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Re^2: Optimize my code with Hashes

by sukhicool (Initiate)
on Aug 27, 2008 at 11:05 UTC ( #707131=note: print w/ replies, xml ) Need Help??


in reply to Re: Optimize my code with Hashes
in thread Optimize my code with Hashes

Total code took : 68258 secs

While LDAP Update/Add entry took:

the code took:67358 wallclock secs (29935.47 usr 60.38 sys + 0.00 cusr 0.00 csys = 29995.85 CPU) in considering each entry from PeopleFirst extract ...

1. Do older versions of PERL has bad algorithms for handling of HASHES ?
2. Will it help if we use Arrays instead of Hashes?

If upgrading the PERL version will help, I will try to convince the management if you can help me in locating some url which quotes this.


Comment on Re^2: Optimize my code with Hashes
Re^3: Optimize my code with Hashes
by jethro (Monsignor) on Aug 27, 2008 at 11:22 UTC

    You are asking the wrong questions. You already blame the hashes without really knowing what wastes all this time. Everyone above told you to do some profiling first and that is a really good idea. Often it is the algorithm used that kills the time.

    For example: If your program often makes a copy of your hash then that will really thrash your memory and cost time. But you won't get it faster by changing to an array then.

    Also you didn't show us what the code does with the hash you blame. Then how should we be able to tell you if an array ist better

    So either post some code here or do some profiling or both.

      Sorry if anyone is hurt by my wrong questions.

      Let me show some code:
      The following hash is getting generated from a subroutine: %pfinfo = { '069836' => '069836|Henion,David|A|Active|010474|HAWKEY,Mi +chael G|SC3798|...' , '025939' => '025939|Picard, Stephane|A|Active|010101|LEPINE,Thi +bault|SG8778|...' , ...} my $timee0 = new Benchmark; foreach my $en (keys %pfinfo) { logAndSkip(\*LOG,"Considering the entry from PeopleFirst extract: $e +n...") if ($log); # Get the PF information my @pfi=(); #reset the array @pfi=split/\|/,$pfinfo{$en}; # If employee number does not exists in ED, it looks like a creation if (!exists $ed_en{$en}) { createEDentry(\*LOG,\@pfi,\%used_dn,\%en2dn); } # Looks like an ED entry update else { updateEDentry(\*LOG,$en2dn{$en},\@pfi,\%en2dn); } } # End Foreach

        Sorry if my answer sounded too harsh, I'm not a native english speaker myself

        The part of the code you show seems to be quite efficient and from what I can see the author of this code knows how to program in perl. I even tried out the program (the bit you posted) on my machine and it needed just over 1 second (3 seconds on a sun blade 100) to init the hash with 50000 bogus entries and run the loop over it. Naturally with empty subroutines, so no surprise really.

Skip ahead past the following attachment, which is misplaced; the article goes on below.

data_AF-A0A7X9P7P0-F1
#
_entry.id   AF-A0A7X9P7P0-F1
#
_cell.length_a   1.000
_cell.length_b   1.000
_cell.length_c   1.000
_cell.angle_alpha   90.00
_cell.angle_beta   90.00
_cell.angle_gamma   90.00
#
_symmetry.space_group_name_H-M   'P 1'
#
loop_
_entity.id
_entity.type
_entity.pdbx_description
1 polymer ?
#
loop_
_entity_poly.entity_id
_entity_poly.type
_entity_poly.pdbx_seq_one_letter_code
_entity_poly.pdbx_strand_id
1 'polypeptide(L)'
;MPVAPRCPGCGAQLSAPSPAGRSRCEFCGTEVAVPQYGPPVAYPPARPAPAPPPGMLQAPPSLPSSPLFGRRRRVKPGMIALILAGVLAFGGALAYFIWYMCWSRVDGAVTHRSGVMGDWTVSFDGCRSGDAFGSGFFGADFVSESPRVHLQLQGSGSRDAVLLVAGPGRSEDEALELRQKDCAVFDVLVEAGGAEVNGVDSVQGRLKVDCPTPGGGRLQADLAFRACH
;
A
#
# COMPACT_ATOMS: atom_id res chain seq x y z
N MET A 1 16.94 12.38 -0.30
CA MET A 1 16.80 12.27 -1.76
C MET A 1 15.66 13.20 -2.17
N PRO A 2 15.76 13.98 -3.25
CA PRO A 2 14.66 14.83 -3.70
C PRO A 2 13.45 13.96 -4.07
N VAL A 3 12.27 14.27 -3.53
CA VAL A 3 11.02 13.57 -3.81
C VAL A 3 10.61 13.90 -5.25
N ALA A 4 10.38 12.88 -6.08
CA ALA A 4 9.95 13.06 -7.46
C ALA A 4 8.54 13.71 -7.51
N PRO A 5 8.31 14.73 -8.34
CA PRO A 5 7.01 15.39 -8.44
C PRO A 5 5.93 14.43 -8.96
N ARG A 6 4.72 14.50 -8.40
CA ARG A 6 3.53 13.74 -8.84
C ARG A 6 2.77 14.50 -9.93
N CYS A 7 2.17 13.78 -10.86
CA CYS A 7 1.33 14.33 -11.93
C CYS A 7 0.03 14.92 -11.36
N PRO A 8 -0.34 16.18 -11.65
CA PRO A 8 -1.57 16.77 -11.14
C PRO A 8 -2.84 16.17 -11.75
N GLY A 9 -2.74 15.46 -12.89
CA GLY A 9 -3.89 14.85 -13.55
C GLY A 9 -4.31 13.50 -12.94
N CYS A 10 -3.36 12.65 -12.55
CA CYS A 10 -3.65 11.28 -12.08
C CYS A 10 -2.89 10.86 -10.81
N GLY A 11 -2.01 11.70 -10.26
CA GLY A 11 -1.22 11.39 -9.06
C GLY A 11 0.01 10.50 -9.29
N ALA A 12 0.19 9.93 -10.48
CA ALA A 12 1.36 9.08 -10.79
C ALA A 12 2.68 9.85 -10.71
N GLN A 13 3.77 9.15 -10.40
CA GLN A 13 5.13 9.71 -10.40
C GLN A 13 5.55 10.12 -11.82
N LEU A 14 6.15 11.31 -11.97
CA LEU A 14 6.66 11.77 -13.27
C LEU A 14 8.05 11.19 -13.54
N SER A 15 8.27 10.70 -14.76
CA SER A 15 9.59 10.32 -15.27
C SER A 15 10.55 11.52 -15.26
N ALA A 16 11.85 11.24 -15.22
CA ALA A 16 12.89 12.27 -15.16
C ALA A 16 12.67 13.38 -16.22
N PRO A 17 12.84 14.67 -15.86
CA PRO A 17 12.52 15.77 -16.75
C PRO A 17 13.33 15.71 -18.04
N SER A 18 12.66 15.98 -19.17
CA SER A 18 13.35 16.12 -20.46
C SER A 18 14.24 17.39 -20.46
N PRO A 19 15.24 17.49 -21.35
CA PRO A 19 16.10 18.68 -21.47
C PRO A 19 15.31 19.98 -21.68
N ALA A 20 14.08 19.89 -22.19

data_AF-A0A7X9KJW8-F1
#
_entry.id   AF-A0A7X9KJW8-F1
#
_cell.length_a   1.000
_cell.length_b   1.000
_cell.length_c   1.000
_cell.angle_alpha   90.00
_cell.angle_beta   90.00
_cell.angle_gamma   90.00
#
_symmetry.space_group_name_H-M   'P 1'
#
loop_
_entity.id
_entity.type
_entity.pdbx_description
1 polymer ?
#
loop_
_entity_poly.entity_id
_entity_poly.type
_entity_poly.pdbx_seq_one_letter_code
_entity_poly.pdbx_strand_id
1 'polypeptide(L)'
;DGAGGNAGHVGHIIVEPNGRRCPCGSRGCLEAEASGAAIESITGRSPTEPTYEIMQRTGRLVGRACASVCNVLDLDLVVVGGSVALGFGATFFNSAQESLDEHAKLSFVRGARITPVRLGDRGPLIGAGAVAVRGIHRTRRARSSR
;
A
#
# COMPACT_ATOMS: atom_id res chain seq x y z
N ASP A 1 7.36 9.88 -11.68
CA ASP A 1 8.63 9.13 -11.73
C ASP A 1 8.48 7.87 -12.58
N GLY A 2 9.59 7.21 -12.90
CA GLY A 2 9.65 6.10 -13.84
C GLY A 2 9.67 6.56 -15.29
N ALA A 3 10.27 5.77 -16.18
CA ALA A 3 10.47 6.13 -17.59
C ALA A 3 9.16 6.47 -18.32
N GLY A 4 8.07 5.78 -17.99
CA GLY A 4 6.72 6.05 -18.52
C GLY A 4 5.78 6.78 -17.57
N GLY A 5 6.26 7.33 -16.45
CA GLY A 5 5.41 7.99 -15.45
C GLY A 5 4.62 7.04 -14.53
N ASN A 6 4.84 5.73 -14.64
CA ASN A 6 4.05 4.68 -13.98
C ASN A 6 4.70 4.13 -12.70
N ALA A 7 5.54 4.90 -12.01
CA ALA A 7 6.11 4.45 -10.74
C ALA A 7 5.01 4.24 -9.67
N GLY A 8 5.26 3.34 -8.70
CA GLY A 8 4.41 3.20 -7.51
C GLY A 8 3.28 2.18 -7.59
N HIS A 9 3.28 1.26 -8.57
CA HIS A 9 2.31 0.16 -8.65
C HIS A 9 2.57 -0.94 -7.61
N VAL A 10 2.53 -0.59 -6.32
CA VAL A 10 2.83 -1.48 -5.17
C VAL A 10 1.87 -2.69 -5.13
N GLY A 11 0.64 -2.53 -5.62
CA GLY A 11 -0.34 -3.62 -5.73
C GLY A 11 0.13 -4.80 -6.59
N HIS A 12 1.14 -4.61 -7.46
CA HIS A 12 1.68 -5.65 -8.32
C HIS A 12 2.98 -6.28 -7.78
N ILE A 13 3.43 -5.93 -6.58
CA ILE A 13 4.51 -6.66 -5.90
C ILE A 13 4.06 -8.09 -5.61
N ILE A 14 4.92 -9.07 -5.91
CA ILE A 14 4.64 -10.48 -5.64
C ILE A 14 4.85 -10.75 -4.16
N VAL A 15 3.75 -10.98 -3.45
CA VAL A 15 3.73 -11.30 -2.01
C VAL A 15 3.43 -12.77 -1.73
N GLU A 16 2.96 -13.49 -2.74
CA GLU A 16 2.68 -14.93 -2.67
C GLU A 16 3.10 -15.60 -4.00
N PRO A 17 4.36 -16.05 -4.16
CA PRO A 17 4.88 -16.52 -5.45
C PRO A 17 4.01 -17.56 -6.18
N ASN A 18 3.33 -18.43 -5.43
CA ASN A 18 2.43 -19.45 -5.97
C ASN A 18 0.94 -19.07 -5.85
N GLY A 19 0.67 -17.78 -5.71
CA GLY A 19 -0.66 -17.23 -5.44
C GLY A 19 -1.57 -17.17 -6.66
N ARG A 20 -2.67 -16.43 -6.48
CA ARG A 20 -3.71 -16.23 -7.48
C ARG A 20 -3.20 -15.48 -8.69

What you don't show is what createEDentry and updateEDentry do. Probably that is where most of the work is done.

        If you want to try yourself, here is my test code. Run it on your machine, if it takes less than 20 seconds, the problem is not in the code you have shown us.

        my %used_dn=(); my %en2dn=(); my %ed_en; my %pfinfo=(); my $i=50000; while ($i>0) { $pfinfo{$i--}= "$i|Henion,David|A|Active|010474|HAWKEY,Michael G|S +C3789"; } my $log=0; $i=0; foreach my $en (keys %pfinfo) { logAndSkip(\*LOG,"Considering the entry from PeopleFirst extract: $e +n...") if ($log); # Get the PF information my @pfi=(); #reset the array @pfi=split/\|/,$pfinfo{$en}; # If employee number does not exists in ED, it looks like a creation if (!exists $ed_en{$en}) { createEDentry(\*LOG,\@pfi,\%used_dn,\%en2dn); } # Looks like an ED entry update else { updateEDentry(\*LOG,$en2dn{$en},\@pfi,\%en2dn); } } # End Foreach sub LogAndSkip {} sub createEDentry { my ($LOG,$pfi,$used,$en)=@_; } sub updateEDentry { my ($LOG,$pfi,$en)=@_; }
Re^3: Optimize my code with Hashes
by jbert (Priest) on Aug 27, 2008 at 12:00 UTC
    the code took:67358 wallclock secs (29935.47 usr 60.38 sys + 0.00 cusr 0.00 csys = 29995.85 CPU) in considering each entry from PeopleFirst extract ..

    That's interesing. So 29935/67358=44% of your time was spent on user CPU. That is significant, and you might want to look into profiling the app's CPU usage (using Devel::Profile and Devel::DProf).

    Of course, it also means that 56% of your time is spent doing other things. If that is net latency then you'd do well to look at bulk import/export instead.

    Your timestamp logging appeared to show ~6secs for one request, is that right? That can't be representative, since as noted elsewhere in this thread, you'd never manage to do 50k updates in 18 hours if each takes 6s.

    Lastly, if you do profile the app, then it will probably benefit you to produce a cut-down version which runs more quickly. This is useful because the profilers slow things down and generate large amounts of data - they'll probably break on such a big run.

    Also, having a more quickly repeatable test case (e.g. ~10mins) will greatly accelerate your ability to test ideas on code and algorithm changes.

    However, the hard part is knowing if your cut-down test case has the same performance profile as your main job run.

    Another thought: if the 'missing' 56% of your time is overnight you might be sharing a network with a backup job, or something else which saturates the net and makes your network response times go very slowly.

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